You are right Dr. Barnard that one of the growing concerns with rBGH is the elevated level of insulin-like growth factor (IGF-1) that occurs in milk when cows are injected with rBGH. Read the studies of Health Canada's scientific review team who reported that when administered, rBGH produced a "distinct immunological effect". Then read in respected medical journals such as The Lancet, Epidemiology and the Journal of the National Cancer Institute how higher levels of IGF-1 are suspected links to breast, colon, lung, and prostate cancers.  Even the Journal of Dairy Research reports the level of total increase in the secretion of IGF-1 into milk of these rBGH-injected cows was six-fold.  And that the European Commission found that injected cows milk "may contain truncated IGF-1, which was found to be even more potent than IGF-1 in its anabolic response". Is it starting to make sense yet why this is a real concern to dairy consumers?  All 27 countries in the EU as well as Canada, Japan, and Australia have banned the use of rBGH. Should we trust the full weight of the science behind 30 nations, or should we trust Monsanto with our health?  After all, didn't Monsanto bring us pcbs, dioxin, and Agent Orange, as well as being responsible for over 50 toxic EPA superfund sites?  Why yes Dr. Barnard, they did.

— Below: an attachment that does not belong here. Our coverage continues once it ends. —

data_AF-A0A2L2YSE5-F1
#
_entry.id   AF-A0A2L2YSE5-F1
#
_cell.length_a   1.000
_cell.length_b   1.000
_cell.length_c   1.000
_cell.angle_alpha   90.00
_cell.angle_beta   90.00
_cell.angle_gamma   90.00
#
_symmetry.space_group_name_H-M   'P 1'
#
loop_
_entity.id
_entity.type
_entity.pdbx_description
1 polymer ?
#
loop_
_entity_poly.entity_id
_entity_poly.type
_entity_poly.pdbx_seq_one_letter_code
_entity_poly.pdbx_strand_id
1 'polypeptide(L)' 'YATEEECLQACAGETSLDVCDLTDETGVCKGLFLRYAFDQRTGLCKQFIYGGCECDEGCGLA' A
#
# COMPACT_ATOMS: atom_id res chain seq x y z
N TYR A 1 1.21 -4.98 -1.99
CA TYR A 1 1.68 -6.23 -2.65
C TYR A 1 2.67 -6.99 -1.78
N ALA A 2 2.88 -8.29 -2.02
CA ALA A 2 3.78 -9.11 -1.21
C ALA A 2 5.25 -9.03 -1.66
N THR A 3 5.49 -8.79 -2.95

Simply asking 'does milk really do a body good?' rather begs and belittles the point (not to mention our intelligence).  Consumers want legitimate answers, not ad agency concocted platitudes.  Personally I think milk does a body good too, milk that is rBGH-free, and clearly labeled as such.  Every one of us deserves the right to know exactly how our food is produced. If Monsanto thinks rBGH is so wonderful for cows and humans let dairies advertise "proudly injecting our cows with rBGH since 1994".  No, Monsanto is too savvy for that ad campaign, they know their rBGH sales would plummet even further.  Consumers today want to know how their foods are produced and they don't want a corporation with Monsanto's track record deciding for them.  And consumers are choosing and making their voices heard.  Organic and rBGH-free dairy products are the fastest growing sector of the entire dairy industry right here in Ohio.  This is despite the Ohio Department of Agriculture and Governor Strickland's recent rule, which handed Ohio consumers to Monsanto on a not so clean white plate.  How did they do it?  Well, they made it almost impossible for rBGH-free dairies to let consumers know they don't use rBGH.  If Monsanto had their way consumers would never know how their milk is produced, period.